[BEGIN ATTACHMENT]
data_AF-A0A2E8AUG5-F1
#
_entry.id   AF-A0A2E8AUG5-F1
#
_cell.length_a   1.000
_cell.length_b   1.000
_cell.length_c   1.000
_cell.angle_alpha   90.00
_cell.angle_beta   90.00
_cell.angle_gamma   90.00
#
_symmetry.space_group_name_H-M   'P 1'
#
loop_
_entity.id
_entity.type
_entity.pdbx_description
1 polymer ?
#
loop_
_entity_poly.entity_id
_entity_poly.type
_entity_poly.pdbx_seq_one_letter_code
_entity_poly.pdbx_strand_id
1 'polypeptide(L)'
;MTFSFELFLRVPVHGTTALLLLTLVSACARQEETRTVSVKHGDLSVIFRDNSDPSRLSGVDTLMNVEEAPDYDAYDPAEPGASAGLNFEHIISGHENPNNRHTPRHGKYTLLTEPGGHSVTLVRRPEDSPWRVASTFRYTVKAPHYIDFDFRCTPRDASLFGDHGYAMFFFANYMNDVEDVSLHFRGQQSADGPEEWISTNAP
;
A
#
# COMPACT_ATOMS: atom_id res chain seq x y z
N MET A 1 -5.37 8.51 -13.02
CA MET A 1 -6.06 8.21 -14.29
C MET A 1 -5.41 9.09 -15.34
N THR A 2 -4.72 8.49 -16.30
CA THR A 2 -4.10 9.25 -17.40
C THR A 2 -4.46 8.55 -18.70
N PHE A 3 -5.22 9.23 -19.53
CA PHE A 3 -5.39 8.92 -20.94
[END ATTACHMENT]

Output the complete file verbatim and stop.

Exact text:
data_AF-A0A2E8AUG5-F1
#
_entry.id   AF-A0A2E8AUG5-F1
#
_cell.length_a   1.000
_cell.length_b   1.000
_cell.length_c   1.000
_cell.angle_alpha   90.00
_cell.angle_beta   90.00
_cell.angle_gamma   90.00
#
_symmetry.space_group_name_H-M   'P 1'
#
loop_
_entity.id
_entity.type
_entity.pdbx_description
1 polymer ?
#
loop_
_entity_poly.entity_id
_entity_poly.type
_entity_poly.pdbx_seq_one_letter_code
_entity_poly.pdbx_strand_id
1 'polypeptide(L)'
;MTFSFELFLRVPVHGTTALLLLTLVSACARQEETRTVSVKHGDLSVIFRDNSDPSRLSGVDTLMNVEEAPDYDAYDPAEPGASAGLNFEHIISGHENPNNRHTPRHGKYTLLTEPGGHSVTLVRRPEDSPWRVASTFRYTVKAPHYIDFDFRCTPRDASLFGDHGYAMFFFANYMNDVEDVSLHFRGQQSADGPEEWISTNAP
;
A
#
# COMPACT_ATOMS: atom_id res chain seq x y z
N MET A 1 -5.37 8.51 -13.02
CA MET A 1 -6.06 8.21 -14.29
C MET A 1 -5.41 9.09 -15.34
N THR A 2 -4.72 8.49 -16.30
CA THR A 2 -4.10 9.25 -17.40
C THR A 2 -4.46 8.55 -18.70
N PHE A 3 -5.22 9.23 -19.53
CA PHE A 3 -5.39 8.92 -20.94